National ombudsman Sofia_echo - 2003/11/30
ON November 28 to 30, Parliament hosted an international conference called "The ombudsman in South-east Europe." The event was organised by the Ombudsman of Greece in co-operation with the Centre for the Study of Democracy and with the support of the Bulgarian Ministry of Justice.
The conference was attended by ombudsmen from Greece, Kosovo, Albania, Macedonia, Croatia, Bosnia, Romania, Serbia. Bulgaria, though, has for a long period been among the very few European countries without a national ombudsman institution.
However, with the recent adoption of the Law on the Ombudsman by the National Assembly on May 8, 2003, the necessary legal basis for the establishment of such institutions is already in place. The law is to become effective on January 1, 2004, and within three months following this date Parliament is expected to elect the first Bulgarian Ombudsman.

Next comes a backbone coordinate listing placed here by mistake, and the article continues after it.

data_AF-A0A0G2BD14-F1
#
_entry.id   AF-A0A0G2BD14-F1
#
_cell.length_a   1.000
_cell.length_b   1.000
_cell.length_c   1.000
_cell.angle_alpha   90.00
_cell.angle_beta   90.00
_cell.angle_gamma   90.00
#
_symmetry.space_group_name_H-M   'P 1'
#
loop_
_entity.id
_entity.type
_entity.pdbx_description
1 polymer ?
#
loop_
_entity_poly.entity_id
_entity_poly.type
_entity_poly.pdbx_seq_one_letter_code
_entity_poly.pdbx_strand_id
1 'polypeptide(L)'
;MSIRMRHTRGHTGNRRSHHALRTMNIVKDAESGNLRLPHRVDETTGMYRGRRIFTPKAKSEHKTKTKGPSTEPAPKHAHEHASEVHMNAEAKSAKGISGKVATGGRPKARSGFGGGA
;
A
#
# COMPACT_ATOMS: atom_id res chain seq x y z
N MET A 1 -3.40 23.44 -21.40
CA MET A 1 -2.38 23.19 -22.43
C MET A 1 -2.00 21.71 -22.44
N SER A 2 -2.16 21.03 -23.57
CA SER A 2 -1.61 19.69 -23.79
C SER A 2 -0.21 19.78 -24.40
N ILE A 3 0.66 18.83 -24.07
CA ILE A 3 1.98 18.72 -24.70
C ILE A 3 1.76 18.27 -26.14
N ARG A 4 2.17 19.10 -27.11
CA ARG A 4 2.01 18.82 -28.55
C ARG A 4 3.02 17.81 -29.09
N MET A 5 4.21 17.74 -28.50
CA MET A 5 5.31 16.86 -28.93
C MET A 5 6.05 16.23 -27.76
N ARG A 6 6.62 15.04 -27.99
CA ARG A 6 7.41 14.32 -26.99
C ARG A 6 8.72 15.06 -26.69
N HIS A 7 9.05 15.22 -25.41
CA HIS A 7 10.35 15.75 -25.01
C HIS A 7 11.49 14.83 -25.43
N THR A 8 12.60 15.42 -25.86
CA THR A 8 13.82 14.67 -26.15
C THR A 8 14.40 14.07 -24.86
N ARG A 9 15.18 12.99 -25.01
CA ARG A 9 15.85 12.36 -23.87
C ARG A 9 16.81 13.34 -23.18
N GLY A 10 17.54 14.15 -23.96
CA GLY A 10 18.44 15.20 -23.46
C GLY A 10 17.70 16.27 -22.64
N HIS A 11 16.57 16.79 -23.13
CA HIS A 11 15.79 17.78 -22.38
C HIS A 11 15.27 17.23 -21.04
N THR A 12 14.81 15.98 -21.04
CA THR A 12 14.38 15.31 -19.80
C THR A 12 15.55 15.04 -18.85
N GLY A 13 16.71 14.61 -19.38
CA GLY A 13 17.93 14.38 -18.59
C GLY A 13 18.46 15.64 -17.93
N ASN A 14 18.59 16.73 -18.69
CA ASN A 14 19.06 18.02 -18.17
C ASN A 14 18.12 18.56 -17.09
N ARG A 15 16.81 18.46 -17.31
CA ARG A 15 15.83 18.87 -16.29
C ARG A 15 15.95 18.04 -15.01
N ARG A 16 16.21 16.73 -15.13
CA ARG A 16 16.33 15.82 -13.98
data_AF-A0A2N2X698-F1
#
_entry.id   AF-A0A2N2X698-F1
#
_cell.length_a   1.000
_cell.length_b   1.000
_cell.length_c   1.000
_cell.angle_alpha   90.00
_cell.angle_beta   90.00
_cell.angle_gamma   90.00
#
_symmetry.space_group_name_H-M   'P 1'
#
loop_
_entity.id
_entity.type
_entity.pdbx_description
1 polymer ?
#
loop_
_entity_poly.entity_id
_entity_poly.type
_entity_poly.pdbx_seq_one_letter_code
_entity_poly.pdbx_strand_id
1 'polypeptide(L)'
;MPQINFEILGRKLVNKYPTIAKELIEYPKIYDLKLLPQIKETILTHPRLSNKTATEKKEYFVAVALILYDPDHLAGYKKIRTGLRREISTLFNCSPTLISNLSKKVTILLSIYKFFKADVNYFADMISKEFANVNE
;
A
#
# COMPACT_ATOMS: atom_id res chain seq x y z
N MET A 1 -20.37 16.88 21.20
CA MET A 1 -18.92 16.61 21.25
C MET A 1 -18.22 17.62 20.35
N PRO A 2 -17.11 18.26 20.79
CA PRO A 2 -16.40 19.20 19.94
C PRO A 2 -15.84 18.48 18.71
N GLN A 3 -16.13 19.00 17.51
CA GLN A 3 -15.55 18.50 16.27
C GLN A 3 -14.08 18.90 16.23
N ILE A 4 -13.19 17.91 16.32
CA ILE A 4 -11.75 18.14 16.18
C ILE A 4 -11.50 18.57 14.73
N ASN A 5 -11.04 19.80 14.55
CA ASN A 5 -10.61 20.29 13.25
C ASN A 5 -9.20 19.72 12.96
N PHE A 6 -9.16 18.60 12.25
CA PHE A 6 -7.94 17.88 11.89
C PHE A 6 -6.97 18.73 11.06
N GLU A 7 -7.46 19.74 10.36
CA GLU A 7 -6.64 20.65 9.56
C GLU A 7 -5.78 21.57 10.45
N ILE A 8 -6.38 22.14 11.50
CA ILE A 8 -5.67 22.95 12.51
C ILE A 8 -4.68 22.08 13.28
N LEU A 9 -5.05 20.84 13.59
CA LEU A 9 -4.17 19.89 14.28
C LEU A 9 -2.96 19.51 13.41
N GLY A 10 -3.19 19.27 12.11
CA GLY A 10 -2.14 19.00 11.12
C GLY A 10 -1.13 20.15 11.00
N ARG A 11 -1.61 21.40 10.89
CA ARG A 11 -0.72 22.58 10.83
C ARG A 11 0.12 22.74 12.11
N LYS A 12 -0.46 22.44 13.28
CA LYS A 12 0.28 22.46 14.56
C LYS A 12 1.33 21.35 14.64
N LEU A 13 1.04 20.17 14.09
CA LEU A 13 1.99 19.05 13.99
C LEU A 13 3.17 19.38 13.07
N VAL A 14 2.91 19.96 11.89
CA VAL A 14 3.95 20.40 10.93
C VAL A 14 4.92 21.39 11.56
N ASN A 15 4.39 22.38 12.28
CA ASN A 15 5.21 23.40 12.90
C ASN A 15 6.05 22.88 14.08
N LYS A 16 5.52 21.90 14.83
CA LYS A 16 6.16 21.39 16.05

"This occasion is of particular importance for the democratic development of the countries in the region, because civil control over administration can exist only in rule-of-law societies, the institution of the ombudsman who can be addressed by the nationals after having exhausted all other opportunities to get justice can exist only in democratic societies," Bulgarian deputy justice minister Sevdalin Bojikov said in an opening address to the conference.
The introduction of an ombudsman institution was discussed at the very beginning of the democratic transition in Bulgaria, when the new Bulgarian constitution was adopted in 1991. Two of the 15 constitutional drafts envisaged the establishment of a national ombudsman as a constitutional institution.
Subsequently, in early 1998 the initiative of setting up an institution to control and monitor the administration, was taken up by the center for the Study of Democracy. Instead, three other draft laws, governing the same matter, were submitted to Parliament.
The first draft law was submitted by Ekaterina Mihailova and a group of MPs from the United Democratic Forces. The second draft law was submitted by Lyuben Kornezov from Coalition for Bulgaria. The third was submitted by Emil Koshlukov from the parliamentary group of the National Movement Simeon II.
The three draft laws were adopted on first reading on June 5, 2002, and the Parliamentary committee on Human Rights and Religions, appointed as the leading committee, developed a consolidated version, which was later adopted on May 8, 2003.